In winter, the French Riviera turns yellow, the yellow of Menton lemons, and of the mimosa that dots the whole coast, from Cannes to Hyères.
By Jerôme Dumur - Photos DR Morkovochka / Fotolia - January 22, 2012
We never say it enough: everything goes too fast in this world. Even nature, which is saying something! Take the mimosa, for example… Usually, we turn up at Grandma's with a big golden bouquet at Candlemass. Except this year we'll need to find something else to earn our serving of pancakes. Because, you see, granny's apartment already gave off the sweet and dusty perfume of the little yellow flowers at Epiphany. Should we complain? No! For a start, because this precocious blossoming is evidence of a remarkable winter for the south of France.
And secondly, this tree gratifies us with an explosion of color and perfume at a time when, it must be said, nature is rather miserly with these sorts of sensations. You should understand now if you didn't already: Provence is the chosen land for what scientists name the acacia (whereas, for these same, the acacia tree becomes the “robinia”!) More precisely, it’s on the coast, between Hyères and Cannes, between the Maures cliff road and the Tanneron Mountains that the mimosa family first took root. It arrived from Australia in the middle of the 19th century.
The first specimens (Acacia dealbata, one of the 1,200 species of the genus recognized in the world) appeared in Cannes, on the initiative of a few English aristocrats keen to brighten up their winter homes. The local horticulturists, sensing a good deal, took over, assisting for decades with its acclimatization and development. Since then, this tree, particularly invasive, has escaped from Cannes parks and gardens to largely colonize the surroundings before attacking adjacent regions, Nice and the Italian Riviera on one side, up to the first hills of the Pyrenees on the other!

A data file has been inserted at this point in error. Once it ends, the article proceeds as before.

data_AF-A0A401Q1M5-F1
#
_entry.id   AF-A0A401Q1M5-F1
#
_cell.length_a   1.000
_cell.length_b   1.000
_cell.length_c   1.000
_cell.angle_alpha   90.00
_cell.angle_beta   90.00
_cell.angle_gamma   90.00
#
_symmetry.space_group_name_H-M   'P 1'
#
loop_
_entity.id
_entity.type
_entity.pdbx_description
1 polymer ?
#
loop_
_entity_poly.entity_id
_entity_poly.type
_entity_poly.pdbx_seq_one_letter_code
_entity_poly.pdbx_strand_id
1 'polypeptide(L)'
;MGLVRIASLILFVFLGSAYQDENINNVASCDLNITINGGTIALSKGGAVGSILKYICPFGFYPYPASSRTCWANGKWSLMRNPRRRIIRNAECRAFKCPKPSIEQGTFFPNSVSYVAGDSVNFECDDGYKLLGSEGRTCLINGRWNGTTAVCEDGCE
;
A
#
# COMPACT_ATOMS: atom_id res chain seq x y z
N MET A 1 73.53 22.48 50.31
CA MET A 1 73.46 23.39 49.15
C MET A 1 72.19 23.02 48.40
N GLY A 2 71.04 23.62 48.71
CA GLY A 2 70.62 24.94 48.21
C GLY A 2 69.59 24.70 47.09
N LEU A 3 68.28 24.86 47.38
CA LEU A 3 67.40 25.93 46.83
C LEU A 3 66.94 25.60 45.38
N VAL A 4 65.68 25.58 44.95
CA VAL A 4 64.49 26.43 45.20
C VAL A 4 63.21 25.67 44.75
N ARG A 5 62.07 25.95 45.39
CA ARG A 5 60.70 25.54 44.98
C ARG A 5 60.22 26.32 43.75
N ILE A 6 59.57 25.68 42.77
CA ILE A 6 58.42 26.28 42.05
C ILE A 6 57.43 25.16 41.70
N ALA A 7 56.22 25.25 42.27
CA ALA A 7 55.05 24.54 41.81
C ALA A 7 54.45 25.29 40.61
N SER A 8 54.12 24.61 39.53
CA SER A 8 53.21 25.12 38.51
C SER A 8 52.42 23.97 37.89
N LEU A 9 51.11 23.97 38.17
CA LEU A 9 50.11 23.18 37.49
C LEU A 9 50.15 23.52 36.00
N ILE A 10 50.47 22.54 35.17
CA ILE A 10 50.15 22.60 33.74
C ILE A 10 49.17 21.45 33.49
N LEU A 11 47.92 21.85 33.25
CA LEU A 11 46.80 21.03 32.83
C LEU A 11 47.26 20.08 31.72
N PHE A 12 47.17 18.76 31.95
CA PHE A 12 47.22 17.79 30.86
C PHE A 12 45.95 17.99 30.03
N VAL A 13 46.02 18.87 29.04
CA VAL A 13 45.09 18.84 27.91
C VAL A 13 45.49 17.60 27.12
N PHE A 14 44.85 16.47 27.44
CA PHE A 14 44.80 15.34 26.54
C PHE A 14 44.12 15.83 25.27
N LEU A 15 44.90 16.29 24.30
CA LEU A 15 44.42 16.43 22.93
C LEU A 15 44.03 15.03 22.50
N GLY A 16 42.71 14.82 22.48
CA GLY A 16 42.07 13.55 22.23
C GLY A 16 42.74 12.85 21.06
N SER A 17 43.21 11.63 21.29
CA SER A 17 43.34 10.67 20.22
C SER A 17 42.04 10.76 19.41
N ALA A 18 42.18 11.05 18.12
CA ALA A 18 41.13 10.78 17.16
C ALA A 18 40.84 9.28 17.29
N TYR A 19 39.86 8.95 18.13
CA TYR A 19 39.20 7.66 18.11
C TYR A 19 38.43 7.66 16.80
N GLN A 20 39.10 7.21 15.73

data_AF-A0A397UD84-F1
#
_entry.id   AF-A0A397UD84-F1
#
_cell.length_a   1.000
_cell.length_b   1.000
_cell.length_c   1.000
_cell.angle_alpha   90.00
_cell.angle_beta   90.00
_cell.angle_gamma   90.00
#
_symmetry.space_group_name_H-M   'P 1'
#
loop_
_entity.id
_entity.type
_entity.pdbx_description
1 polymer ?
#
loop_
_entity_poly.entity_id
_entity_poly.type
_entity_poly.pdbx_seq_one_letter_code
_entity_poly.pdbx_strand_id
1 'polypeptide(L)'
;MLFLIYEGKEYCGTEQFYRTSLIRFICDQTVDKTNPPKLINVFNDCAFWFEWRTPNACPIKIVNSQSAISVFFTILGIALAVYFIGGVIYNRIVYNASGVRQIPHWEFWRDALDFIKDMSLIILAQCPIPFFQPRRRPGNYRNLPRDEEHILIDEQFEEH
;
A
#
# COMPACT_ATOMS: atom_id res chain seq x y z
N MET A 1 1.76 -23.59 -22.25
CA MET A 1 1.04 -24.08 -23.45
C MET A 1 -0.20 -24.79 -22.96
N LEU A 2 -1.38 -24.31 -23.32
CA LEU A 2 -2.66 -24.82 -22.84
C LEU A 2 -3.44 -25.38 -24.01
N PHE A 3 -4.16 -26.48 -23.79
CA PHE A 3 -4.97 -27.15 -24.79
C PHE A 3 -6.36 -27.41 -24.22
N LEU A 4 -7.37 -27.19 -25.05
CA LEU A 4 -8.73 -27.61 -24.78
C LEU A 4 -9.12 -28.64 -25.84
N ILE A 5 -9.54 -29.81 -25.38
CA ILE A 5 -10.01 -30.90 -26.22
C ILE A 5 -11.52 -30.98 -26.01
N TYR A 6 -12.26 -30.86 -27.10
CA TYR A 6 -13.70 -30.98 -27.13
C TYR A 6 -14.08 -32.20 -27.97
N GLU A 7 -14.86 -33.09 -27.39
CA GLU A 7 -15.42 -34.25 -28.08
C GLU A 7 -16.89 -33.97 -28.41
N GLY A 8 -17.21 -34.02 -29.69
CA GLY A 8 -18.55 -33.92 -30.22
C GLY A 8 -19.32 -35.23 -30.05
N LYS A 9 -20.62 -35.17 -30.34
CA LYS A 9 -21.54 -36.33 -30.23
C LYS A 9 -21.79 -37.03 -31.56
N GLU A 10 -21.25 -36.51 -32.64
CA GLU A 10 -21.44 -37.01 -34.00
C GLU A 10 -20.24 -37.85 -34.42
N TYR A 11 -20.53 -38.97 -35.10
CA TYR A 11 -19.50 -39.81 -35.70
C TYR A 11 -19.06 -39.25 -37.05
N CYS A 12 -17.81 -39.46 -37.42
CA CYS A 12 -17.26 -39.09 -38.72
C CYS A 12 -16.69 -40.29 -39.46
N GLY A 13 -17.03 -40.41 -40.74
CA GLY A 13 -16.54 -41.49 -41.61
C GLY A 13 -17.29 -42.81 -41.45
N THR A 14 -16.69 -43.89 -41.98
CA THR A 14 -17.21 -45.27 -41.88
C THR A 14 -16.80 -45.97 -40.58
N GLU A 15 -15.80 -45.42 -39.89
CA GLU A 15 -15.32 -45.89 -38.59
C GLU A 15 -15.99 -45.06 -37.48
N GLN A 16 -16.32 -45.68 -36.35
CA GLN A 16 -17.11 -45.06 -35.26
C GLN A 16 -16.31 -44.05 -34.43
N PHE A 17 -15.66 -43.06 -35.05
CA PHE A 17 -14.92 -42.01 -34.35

With Cannes having given up on horticulture for looking after the beautiful and sometimes carnivorous plants of the jet set, a few neighboring towns perpetuated the exploitation of mimosa. In this way Mandelieu-La Napoule, Pégomas and Tanneron still host a handful of nurseries. These are workshops dedicated to preparing bouquets of mimosa. As soon as they're cut the branches are stored in a humidified room heated at between 22° and 25°C, conditions which favor the development of the flowers and increases their shelf life up to nine days. It’s a procedure that owes everything to chance: indeed a laundress discovered it almost a century ago; after forgetting a few branches in her premises, she discovered the beneficial effects of the heat and the humidity on the mimosa flowers. The profession of "mimosiste" was born, and it continues to feed a few families from the south.
1 place Gambetta
83230 Bormes les mimosas
Eight towns of the Var and Alpes-Maritimes departments have regrouped to create the "Route des Mimosas" or the "Mimosa Trail,"a circuit that leaves from Mandelieu-La Napoule, the setting for the famous "Fête du Mimosa" festival (a genuine floral carnival which, in 2012, takes place from February 17-26). It passes through the nurseries and perfumeries in the Grasse region, and then follows the coast, passing by Saint-Raphaël, Sainte-Maxime or the sublime garden, the Domaine du Rayol, in Rayol-Canadel/Mer. It ends with a bang, in a village close to Hyères, labeled “one of the most beautiful villages of France,” Bormes-les-Mimosas. A name, oh so deeply evocative! To discover this route in detail : www.bormeslesmimosas.com.
© Caroline Devulder Fotolia
© Laurent Vachier Fotolia
© Sergiogen Fotolia